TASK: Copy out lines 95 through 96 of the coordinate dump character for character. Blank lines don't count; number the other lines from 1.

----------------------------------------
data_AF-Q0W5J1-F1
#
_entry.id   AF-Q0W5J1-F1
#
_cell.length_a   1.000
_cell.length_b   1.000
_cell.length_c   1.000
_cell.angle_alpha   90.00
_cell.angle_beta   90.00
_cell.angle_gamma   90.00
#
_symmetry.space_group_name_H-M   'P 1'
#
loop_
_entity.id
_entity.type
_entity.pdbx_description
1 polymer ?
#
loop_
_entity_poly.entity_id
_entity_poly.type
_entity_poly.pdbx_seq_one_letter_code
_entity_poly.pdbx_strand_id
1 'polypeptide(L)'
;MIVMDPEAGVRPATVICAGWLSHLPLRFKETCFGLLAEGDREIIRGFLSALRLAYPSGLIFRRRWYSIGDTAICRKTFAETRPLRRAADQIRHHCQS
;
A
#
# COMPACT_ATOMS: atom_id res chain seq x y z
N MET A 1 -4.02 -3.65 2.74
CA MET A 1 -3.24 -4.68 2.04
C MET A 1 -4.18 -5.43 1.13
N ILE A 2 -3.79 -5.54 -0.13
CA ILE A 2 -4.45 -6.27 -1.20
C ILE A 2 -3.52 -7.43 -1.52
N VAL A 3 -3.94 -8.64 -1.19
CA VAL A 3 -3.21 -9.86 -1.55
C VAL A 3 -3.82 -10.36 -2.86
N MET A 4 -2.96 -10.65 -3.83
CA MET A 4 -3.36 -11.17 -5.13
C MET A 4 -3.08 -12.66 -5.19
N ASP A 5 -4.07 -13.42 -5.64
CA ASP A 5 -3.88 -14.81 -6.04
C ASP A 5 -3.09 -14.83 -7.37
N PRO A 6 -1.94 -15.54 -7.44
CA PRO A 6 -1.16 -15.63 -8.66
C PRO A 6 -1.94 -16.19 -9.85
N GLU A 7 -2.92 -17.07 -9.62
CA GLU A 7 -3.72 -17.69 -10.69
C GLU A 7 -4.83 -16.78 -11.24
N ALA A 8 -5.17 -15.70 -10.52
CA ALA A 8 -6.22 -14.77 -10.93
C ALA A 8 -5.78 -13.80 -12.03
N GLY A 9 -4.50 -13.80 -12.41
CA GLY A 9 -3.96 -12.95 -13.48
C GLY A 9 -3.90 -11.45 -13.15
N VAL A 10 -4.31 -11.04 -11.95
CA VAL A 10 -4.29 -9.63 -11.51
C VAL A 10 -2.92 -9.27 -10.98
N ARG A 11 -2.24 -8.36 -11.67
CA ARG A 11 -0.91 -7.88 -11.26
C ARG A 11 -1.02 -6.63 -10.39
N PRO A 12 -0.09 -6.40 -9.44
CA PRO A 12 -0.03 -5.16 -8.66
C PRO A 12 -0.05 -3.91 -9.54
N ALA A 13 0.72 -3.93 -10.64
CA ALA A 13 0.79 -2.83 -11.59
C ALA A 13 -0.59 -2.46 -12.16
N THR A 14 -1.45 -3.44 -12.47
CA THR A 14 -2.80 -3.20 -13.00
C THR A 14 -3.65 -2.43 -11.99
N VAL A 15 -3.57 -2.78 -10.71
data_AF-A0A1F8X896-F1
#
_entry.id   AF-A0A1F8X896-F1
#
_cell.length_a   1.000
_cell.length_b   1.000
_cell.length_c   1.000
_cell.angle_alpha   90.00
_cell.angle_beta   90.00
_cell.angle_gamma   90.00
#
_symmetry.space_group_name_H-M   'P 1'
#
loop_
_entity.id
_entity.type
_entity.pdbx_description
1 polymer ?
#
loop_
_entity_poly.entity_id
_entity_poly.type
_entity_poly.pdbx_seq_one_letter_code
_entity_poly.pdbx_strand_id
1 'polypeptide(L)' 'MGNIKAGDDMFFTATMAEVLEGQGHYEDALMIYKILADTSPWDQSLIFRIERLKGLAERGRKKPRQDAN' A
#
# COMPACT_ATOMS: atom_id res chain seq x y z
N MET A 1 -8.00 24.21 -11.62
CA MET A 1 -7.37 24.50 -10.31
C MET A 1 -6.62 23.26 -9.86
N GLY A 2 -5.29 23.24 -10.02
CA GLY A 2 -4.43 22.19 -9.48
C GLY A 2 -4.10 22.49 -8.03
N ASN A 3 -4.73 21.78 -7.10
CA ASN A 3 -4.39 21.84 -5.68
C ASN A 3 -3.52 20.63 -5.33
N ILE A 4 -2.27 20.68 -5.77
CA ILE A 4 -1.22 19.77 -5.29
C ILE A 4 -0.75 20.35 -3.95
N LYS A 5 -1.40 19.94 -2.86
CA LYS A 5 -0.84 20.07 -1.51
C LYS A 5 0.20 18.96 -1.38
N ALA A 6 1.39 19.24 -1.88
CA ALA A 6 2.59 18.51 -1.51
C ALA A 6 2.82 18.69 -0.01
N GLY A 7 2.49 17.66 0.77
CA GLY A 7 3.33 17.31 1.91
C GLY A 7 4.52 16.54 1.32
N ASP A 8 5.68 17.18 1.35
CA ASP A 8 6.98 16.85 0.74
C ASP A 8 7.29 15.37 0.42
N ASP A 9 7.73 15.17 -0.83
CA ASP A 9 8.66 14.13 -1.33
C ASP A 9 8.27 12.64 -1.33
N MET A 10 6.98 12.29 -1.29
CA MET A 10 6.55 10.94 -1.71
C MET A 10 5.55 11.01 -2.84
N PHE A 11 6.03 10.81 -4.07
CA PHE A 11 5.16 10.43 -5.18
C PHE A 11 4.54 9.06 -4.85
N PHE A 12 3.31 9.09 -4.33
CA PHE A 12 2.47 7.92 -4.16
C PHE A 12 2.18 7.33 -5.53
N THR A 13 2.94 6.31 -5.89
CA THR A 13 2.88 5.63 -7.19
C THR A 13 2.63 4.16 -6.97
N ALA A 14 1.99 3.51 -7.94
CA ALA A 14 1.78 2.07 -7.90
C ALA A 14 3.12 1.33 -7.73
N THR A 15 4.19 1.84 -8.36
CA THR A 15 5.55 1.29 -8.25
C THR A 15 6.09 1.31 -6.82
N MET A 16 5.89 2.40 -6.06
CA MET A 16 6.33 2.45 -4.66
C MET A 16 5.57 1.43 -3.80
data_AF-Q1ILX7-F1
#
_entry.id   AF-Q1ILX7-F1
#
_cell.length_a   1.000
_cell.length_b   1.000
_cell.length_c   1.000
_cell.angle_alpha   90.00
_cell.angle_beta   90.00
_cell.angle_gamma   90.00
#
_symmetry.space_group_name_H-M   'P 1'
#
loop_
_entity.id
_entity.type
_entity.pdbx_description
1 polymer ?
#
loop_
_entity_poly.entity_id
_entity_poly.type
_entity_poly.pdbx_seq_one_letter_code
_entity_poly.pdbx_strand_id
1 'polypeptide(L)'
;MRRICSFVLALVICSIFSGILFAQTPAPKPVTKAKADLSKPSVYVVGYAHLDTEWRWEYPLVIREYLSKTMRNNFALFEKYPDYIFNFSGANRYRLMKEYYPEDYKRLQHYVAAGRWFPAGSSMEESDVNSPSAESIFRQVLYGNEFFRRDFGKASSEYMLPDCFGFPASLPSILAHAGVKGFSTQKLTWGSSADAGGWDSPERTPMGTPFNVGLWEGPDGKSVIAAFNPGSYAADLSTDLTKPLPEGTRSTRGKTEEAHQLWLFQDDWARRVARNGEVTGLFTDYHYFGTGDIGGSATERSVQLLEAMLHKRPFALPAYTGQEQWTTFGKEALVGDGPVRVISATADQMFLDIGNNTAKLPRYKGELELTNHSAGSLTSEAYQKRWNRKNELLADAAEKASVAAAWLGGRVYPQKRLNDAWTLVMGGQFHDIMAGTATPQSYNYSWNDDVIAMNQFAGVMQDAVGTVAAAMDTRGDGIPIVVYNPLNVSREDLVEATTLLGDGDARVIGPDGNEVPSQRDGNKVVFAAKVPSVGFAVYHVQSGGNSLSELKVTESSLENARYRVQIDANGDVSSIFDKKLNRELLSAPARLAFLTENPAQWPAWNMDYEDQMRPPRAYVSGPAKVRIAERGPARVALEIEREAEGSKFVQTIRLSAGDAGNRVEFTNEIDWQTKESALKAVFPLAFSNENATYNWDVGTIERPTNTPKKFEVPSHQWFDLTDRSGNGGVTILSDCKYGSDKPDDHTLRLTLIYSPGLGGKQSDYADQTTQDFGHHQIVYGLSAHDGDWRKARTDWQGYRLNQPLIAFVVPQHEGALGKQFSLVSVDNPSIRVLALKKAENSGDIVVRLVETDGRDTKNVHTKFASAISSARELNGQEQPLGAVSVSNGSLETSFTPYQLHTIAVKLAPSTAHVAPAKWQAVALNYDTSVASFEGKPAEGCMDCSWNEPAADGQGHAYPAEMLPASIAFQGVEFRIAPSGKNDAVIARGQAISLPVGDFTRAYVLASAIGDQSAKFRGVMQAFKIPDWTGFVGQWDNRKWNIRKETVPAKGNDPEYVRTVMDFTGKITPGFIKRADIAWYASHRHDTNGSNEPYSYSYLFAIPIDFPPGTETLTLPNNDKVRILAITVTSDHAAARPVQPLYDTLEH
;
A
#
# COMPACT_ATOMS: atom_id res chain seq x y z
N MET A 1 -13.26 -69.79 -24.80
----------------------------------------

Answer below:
_entity_poly.type
_entity_poly.pdbx_seq_one_letter_code